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  8. What I find interesting is the length of 36 months for a benefit that is excessively over-exaggerated.

    As a new grad from medical school, one can expect 36 months of residency (yes, not internship, but read on for my point). That makes sense – most of medicine is learned through hands on – even during medical school.

    My point is hands-on training is the most critical for the field of medicine. And MDs are looking at 36 months of residency before being a full-fledged doctor.

    An internship in a technical field that could last 36 months is absurd!

    As far as age, yes, Corporate America is age-averse, not just in the STEM industries. It is entirely a manifestation of social instinct, the human animal that is magnified by American culture.

    In short, the same primitive nature that has us prefer super models and the socially-confident is behind our aversion to age.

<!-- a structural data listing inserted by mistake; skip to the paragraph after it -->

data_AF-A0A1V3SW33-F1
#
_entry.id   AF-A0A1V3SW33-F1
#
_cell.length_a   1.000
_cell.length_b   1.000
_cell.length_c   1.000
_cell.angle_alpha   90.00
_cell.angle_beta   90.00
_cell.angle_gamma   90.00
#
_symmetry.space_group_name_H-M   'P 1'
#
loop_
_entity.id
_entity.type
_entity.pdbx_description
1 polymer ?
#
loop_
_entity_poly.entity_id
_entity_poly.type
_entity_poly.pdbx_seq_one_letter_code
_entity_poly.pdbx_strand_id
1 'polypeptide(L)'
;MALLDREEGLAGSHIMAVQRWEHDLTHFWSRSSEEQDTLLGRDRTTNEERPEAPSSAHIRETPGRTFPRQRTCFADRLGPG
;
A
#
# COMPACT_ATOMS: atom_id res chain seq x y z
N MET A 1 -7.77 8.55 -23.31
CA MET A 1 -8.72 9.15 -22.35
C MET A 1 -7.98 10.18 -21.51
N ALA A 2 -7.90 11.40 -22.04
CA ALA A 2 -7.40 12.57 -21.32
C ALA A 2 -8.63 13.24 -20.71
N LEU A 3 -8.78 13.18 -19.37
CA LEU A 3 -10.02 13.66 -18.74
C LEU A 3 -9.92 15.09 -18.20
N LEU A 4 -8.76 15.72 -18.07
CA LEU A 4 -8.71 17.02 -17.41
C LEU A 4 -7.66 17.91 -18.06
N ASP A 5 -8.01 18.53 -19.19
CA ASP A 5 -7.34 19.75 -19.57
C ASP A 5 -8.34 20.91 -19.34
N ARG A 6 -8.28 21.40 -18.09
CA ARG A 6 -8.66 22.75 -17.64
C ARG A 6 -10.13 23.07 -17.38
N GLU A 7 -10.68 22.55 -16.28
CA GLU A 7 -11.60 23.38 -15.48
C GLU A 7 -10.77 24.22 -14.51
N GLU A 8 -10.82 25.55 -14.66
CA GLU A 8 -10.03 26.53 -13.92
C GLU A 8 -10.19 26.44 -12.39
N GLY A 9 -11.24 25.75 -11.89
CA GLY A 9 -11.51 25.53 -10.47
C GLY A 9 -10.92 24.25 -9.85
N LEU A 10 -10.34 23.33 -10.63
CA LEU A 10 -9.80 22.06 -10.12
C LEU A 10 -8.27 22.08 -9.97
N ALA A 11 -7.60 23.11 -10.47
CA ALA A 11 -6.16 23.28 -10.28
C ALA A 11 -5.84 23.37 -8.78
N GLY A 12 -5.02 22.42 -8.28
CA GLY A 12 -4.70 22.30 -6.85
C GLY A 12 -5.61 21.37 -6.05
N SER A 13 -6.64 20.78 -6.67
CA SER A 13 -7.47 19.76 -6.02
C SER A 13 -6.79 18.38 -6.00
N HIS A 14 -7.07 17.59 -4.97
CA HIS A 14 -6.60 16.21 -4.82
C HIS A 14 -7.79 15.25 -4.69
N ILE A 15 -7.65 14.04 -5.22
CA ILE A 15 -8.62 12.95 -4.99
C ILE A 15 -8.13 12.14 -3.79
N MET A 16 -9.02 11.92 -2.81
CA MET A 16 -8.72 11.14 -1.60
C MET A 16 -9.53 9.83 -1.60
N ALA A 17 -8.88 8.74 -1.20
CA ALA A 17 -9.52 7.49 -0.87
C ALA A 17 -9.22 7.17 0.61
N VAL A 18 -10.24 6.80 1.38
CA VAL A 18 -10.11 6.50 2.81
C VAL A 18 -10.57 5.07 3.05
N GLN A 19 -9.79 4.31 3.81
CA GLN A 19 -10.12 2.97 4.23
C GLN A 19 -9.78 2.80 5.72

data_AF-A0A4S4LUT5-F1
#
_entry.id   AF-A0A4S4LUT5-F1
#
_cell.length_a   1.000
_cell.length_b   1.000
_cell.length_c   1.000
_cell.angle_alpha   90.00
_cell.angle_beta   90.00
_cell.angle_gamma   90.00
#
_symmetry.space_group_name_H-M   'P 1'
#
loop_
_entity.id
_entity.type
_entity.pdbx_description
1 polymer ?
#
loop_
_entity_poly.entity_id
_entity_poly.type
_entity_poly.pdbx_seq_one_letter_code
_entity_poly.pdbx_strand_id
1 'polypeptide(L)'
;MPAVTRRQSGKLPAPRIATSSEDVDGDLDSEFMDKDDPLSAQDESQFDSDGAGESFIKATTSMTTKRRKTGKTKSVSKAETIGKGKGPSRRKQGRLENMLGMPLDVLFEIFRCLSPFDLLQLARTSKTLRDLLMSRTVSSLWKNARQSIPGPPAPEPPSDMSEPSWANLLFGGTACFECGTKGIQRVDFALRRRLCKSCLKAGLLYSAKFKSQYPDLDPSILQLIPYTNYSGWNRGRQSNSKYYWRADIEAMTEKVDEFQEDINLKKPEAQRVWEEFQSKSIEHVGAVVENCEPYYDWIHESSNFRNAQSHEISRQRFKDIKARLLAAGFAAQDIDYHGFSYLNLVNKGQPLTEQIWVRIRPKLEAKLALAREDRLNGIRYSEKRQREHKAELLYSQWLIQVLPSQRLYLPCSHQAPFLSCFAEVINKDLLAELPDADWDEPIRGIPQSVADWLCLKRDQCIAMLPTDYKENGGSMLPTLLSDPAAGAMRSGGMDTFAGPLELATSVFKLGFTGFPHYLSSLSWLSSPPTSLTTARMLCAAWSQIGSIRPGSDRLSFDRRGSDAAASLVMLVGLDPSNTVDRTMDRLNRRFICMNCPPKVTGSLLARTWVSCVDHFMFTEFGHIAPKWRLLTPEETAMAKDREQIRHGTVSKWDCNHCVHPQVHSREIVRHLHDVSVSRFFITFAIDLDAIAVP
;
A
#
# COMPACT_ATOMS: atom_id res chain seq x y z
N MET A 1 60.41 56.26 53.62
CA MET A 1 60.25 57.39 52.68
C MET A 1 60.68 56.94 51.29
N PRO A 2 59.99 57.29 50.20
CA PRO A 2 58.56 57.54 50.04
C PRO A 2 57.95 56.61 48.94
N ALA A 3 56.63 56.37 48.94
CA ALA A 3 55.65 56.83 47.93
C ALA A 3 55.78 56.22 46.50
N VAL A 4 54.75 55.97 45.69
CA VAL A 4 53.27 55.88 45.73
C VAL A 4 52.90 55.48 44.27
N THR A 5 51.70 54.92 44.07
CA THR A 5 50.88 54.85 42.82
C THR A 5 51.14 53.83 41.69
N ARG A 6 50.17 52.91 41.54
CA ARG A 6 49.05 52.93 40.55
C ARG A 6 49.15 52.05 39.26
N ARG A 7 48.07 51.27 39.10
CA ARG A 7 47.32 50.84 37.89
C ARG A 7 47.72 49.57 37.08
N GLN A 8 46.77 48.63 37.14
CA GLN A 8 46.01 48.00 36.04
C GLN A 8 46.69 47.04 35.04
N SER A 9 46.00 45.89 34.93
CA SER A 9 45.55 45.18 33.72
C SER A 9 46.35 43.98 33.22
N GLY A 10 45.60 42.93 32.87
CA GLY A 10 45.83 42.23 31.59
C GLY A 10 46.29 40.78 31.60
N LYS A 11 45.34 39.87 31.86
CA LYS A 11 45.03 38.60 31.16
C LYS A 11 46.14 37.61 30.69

The sad thing is Corporate America seems to prefer hiring people whose brains have not yet finished developing, let alone experienced enough to maximize the performance of an organization.

    Similarly, the trend to execute first and think later is the hallmark of Corporate America, which other countries often take note of.

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    • Yes, age discrimination is everywhere. But tech is different, because the employers can use the (supposedly) rapid change in technology as an excuse not to hire the older workers.

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  9. You simply cannot get trained in a lot of IT work without working for a company. The new software is very expensive and requires much more than a PC. So these foreign OPT workers are stealing vital opportunities from US stem students and older workers.

    And companies deliberately don’t give the opportunity for training to older workers. They justify getting rid of them because they don’t have the right skills. But without access to further training they can never get the right skills. Catch22. And these are people who have already demonstrated their aptitude and ability in the field! The talk of not enough American workers qualified to do the job is misleading and self serving.

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    • The skill sets issue is generally an excuse. Most people I know in the field do keep up their skill sets, and yet are still rejected without a phone interview for jobs for which they are qualified.